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Utah Jazz guard Mike Conley is healthy, comfortable and reminding everyone just how good he is
BOSTON • “They’re quiet tonight!” Donovan Mitchell shouted. “They’re quiet!”
Mike Conley smiled and kept quiet, too.
The veteran point guard had just dropped 25 points and dished out five assists to lead the Utah Jazz to an impressive 99-94 road win over the Boston Celtics. The performance didn’t leave much for Conley’s doubters to talk about, so Mitchell and his teammates took it upon themselves to fill the silence inside the visitors’ locker room at TD Garden.
"I don't want to hear anymore Mike Conley slander," forward Georges Niang said. "The guy can hoop."
“It’s just funny how people work,” Mitchell added. “Y’all can continue to hate and say what y’all want. I see it. I know he does, too. But that’s Mike Conley. He’s a Hall of Famer, one of the best to play at his position.”
That’s the Conley the Jazz traded for last summer and, after an uneven start to his first season in Utah, that’s the Conley who has helped his squad win for straight games as they surge toward the postseason.
“There’s way less thinking,” Conley said. “I’m just playing the game. After playing together for a while now, I’m feeling in charge, knowing how you can put guys in position to be successful and make plays, knowing what times in the game that I can be aggressive.”
Conley has admitted he’s been frustrated at times this year, but he has kept his approach the same.
“It’s no secret he’s had his ups and downs, but he’s a guy who has been even-keeled throughout the whole process,” Mitchell said. “That’s what’s really special about him.”
“That’s just my personality,” Conley said. “I’ve been through a lot. A lot of highs. The lowest of lows. That’s why I am how I am. I can help everybody feel like the world’s not going to end [when we lose]. Also, when we’d won 10 games in a row, reminding guys that we’re not that good yet and we have a long way to go.”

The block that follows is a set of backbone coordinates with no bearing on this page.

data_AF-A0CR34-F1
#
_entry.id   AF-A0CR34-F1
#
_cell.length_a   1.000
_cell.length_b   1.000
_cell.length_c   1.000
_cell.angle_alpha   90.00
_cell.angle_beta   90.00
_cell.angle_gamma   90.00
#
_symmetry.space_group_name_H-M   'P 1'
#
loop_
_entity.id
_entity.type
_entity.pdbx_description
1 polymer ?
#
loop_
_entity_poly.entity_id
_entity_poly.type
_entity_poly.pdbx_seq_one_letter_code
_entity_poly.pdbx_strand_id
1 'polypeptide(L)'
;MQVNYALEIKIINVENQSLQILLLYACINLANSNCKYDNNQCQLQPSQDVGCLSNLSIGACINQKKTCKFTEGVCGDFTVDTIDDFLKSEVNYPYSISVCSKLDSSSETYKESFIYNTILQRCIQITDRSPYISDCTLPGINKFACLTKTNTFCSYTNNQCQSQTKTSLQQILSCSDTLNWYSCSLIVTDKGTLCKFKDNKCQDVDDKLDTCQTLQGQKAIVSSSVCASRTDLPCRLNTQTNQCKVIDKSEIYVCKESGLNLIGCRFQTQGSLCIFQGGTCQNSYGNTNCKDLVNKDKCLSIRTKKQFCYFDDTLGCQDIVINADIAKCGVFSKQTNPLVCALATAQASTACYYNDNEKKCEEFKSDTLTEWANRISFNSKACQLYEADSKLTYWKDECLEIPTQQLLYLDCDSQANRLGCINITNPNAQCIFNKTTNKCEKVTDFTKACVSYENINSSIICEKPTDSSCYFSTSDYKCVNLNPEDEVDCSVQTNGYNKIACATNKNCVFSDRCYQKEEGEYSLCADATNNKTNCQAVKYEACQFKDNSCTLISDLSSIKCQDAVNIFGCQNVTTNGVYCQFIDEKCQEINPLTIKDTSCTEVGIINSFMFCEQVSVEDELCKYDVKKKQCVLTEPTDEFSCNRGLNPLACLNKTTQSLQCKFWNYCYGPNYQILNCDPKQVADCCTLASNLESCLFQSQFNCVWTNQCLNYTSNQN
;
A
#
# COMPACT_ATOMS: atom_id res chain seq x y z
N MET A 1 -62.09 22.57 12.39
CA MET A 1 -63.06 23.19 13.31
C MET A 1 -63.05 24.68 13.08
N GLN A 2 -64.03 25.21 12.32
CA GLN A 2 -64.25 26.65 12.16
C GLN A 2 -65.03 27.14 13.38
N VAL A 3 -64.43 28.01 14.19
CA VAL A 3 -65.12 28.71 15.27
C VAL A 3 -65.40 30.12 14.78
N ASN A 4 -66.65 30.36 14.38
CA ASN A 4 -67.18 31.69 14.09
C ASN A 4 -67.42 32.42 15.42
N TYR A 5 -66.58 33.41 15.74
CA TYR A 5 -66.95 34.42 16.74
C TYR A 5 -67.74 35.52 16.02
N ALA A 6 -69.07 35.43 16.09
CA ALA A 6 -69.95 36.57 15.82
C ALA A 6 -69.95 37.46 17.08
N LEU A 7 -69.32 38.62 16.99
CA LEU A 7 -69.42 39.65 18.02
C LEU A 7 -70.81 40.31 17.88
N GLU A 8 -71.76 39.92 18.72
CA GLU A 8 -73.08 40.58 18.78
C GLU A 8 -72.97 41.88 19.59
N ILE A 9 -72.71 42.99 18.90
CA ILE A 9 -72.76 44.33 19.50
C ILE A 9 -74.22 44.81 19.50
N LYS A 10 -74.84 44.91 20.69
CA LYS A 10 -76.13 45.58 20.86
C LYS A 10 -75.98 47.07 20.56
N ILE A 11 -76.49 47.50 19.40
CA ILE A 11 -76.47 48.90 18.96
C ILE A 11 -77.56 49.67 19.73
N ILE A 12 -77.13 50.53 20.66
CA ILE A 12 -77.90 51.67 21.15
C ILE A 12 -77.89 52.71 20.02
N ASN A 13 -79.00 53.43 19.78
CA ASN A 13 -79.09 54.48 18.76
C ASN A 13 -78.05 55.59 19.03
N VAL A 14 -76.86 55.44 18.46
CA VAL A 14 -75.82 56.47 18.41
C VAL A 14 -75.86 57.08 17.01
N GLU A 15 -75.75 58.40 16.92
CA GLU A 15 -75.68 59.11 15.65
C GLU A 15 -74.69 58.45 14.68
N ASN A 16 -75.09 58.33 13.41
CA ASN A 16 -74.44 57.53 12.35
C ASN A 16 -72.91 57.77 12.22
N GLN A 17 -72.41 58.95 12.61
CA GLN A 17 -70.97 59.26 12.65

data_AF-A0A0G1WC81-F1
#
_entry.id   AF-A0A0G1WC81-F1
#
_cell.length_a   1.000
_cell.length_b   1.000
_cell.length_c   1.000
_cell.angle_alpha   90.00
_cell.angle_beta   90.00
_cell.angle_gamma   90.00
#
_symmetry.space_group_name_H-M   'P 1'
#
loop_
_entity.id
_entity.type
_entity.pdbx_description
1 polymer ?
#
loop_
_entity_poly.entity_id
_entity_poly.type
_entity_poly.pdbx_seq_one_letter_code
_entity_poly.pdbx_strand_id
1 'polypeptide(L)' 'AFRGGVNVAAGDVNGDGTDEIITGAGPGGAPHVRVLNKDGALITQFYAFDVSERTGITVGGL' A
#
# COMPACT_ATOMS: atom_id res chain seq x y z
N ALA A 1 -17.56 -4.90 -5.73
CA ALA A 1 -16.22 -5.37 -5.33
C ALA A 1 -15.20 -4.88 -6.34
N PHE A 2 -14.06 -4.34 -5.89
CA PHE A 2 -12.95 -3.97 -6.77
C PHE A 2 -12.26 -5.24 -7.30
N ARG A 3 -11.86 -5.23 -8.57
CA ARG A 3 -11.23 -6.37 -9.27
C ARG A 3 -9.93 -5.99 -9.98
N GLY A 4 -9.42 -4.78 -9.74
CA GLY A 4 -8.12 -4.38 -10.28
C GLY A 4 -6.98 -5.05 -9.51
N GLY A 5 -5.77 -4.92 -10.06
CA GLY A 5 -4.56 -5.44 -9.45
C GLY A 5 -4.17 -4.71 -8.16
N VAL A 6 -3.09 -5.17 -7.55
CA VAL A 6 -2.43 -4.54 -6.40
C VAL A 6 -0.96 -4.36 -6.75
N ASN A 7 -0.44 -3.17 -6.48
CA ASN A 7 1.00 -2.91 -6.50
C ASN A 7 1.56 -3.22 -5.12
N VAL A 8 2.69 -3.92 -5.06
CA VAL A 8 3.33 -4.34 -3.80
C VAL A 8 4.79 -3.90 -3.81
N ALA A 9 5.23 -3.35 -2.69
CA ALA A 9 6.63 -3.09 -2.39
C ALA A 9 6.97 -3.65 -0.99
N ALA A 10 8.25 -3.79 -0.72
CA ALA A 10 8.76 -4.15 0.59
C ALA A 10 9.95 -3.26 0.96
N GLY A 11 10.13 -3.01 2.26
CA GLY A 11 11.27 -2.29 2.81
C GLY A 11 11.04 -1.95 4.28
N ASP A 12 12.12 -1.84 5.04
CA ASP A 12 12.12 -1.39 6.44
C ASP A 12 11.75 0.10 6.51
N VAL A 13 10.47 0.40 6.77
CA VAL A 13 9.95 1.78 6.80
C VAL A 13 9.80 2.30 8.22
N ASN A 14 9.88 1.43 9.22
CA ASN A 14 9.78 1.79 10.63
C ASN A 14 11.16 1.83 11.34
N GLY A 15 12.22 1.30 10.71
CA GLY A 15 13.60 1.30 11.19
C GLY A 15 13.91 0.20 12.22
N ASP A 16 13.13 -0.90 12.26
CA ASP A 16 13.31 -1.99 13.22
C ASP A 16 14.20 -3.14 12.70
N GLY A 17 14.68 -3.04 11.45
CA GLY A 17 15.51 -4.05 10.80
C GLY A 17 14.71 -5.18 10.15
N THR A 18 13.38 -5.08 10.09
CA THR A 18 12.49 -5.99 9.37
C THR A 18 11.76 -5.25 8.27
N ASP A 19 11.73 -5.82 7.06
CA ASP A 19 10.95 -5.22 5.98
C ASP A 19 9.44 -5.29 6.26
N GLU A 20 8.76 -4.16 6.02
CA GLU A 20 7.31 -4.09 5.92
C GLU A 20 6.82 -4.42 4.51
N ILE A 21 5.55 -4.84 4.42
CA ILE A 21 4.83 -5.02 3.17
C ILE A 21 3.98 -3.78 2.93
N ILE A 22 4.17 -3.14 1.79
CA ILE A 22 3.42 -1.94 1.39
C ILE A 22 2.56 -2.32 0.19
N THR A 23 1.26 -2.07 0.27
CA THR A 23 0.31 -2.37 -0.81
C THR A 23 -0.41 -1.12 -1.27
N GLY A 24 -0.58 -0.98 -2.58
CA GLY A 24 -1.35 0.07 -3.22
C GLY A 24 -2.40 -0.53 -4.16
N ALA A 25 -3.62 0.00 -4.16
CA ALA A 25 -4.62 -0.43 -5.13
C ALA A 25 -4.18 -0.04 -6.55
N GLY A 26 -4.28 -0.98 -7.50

Frankly, Jazz head coach Quin Snyder expected ups and downs in Conley’s first season with the Jazz, his first season with a new club after spending 12 years in Memphis. Conley had a new home, a new system, a new number, a new pick-and-roll partner. The guard’s acclimation process was hampered, too, by two hamstring injuries and a slow reintroduction to playing that saw Conley limited by a precautionary minutes restriction.
“But the work he’s put in to get himself in a good place is starting to show,” Snyder said.
Conley has found his stride at the right time.
“I feel good, man. I feel really good,” Conley said. “I’m in a great place. My teammates have been behind me this whole time. It’s been a frustrating road for all of us. They know how good I am. I know how good I am. I just have to sit back and let people say what they’re going to say until it starts to work. Finally, we’re turning a corner.”
As the Jazz play through their most important stretch of the season, their most-veteran player has led with his words.
“I’m telling my teammates to put the foot on the pedal right now,” Conley said. “Every practice, every film session, every day we have off to recover and get our bodies right, is important. It’s not time to hang out and do all those other things. It’s time to get locked in a get ready for a strong push.”
And Conley has led with his play.
The point guard has averaged 16.8 points and 4.9 assists over his last 10 games. During that stretch, he has shot 48.4 percent from the field and 43.5 percent from 3-point territory.
“Is there something you see that makes you believe that’s sustainable?” a reporter asked Snyder before Friday’s game.
“I would ask the question: Is there something that makes someone think it’s not sustainable?” Snyder replied. “This is who he is."